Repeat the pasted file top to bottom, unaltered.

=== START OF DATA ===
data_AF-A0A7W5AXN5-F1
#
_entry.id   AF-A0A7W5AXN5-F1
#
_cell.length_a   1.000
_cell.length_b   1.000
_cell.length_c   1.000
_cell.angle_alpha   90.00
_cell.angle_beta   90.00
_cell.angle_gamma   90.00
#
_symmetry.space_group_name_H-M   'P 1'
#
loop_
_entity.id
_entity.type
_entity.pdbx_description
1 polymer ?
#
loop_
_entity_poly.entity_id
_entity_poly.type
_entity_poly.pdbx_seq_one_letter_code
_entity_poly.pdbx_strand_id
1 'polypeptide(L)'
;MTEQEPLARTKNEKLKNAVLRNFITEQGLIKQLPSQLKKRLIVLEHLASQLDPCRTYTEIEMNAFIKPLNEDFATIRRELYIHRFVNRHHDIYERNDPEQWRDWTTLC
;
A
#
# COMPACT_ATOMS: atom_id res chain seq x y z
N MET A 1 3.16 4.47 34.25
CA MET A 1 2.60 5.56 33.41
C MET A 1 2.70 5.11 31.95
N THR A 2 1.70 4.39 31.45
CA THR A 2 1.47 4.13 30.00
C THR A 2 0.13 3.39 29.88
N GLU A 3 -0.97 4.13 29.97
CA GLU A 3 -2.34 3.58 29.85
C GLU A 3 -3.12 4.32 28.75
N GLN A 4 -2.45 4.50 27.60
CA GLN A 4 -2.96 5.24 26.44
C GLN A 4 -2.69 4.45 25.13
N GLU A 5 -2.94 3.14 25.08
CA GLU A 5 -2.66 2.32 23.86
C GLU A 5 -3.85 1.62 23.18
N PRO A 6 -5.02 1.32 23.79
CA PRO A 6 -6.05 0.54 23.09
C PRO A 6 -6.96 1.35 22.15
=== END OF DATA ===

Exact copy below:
data_AF-A0A7W5AXN5-F1
#
_entry.id   AF-A0A7W5AXN5-F1
#
_cell.length_a   1.000
_cell.length_b   1.000
_cell.length_c   1.000
_cell.angle_alpha   90.00
_cell.angle_beta   90.00
_cell.angle_gamma   90.00
#
_symmetry.space_group_name_H-M   'P 1'
#
loop_
_entity.id
_entity.type
_entity.pdbx_description
1 polymer ?
#
loop_
_entity_poly.entity_id
_entity_poly.type
_entity_poly.pdbx_seq_one_letter_code
_entity_poly.pdbx_strand_id
1 'polypeptide(L)'
;MTEQEPLARTKNEKLKNAVLRNFITEQGLIKQLPSQLKKRLIVLEHLASQLDPCRTYTEIEMNAFIKPLNEDFATIRRELYIHRFVNRHHDIYERNDPEQWRDWTTLC
;
A
#
# COMPACT_ATOMS: atom_id res chain seq x y z
N MET A 1 3.16 4.47 34.25
CA MET A 1 2.60 5.56 33.41
C MET A 1 2.70 5.11 31.95
N THR A 2 1.70 4.39 31.45
CA THR A 2 1.47 4.13 30.00
C THR A 2 0.13 3.39 29.88
N GLU A 3 -0.97 4.13 29.97
CA GLU A 3 -2.34 3.58 29.85
C GLU A 3 -3.12 4.32 28.75
N GLN A 4 -2.45 4.50 27.60
CA GLN A 4 -2.96 5.24 26.44
C GLN A 4 -2.69 4.45 25.13
N GLU A 5 -2.94 3.14 25.08
CA GLU A 5 -2.66 2.32 23.86
C GLU A 5 -3.85 1.62 23.18
N PRO A 6 -5.02 1.32 23.79
CA PRO A 6 -6.05 0.54 23.09
C PRO A 6 -6.96 1.35 22.15